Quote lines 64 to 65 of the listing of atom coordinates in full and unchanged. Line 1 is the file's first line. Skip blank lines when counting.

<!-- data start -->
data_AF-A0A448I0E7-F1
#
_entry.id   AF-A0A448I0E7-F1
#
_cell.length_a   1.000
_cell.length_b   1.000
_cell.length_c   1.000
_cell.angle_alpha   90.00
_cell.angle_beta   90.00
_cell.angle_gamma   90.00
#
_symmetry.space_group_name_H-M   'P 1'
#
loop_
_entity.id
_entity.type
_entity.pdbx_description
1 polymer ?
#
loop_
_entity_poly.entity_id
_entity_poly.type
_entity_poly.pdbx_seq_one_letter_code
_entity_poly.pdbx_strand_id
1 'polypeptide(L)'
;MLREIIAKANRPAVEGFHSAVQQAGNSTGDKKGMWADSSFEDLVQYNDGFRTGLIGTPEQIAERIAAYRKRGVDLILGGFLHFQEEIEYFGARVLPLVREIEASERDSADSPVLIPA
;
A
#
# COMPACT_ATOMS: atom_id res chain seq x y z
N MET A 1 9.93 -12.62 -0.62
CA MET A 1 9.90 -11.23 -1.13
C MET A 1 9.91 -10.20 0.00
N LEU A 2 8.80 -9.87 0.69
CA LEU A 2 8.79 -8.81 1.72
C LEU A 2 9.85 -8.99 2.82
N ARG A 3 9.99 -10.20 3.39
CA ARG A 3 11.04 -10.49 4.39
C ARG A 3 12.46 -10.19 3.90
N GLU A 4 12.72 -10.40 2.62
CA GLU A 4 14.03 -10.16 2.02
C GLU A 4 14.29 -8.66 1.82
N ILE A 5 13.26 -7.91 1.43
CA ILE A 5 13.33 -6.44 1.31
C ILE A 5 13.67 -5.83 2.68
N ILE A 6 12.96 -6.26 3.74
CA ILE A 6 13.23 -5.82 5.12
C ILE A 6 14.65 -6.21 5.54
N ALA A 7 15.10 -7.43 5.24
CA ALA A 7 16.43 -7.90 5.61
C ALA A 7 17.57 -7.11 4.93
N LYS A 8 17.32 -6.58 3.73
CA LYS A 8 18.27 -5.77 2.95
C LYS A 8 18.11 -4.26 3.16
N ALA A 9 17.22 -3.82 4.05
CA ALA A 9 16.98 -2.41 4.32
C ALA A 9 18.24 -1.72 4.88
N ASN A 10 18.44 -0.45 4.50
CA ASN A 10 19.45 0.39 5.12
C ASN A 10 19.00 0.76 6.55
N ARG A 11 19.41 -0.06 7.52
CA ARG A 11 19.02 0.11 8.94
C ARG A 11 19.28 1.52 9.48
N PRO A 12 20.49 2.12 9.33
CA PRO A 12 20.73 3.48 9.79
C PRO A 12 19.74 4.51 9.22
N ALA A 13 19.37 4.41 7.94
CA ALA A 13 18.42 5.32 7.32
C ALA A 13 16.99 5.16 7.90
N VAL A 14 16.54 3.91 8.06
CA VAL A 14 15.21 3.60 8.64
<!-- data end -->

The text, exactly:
N PRO A 12 20.49 2.12 9.33
CA PRO A 12 20.73 3.48 9.79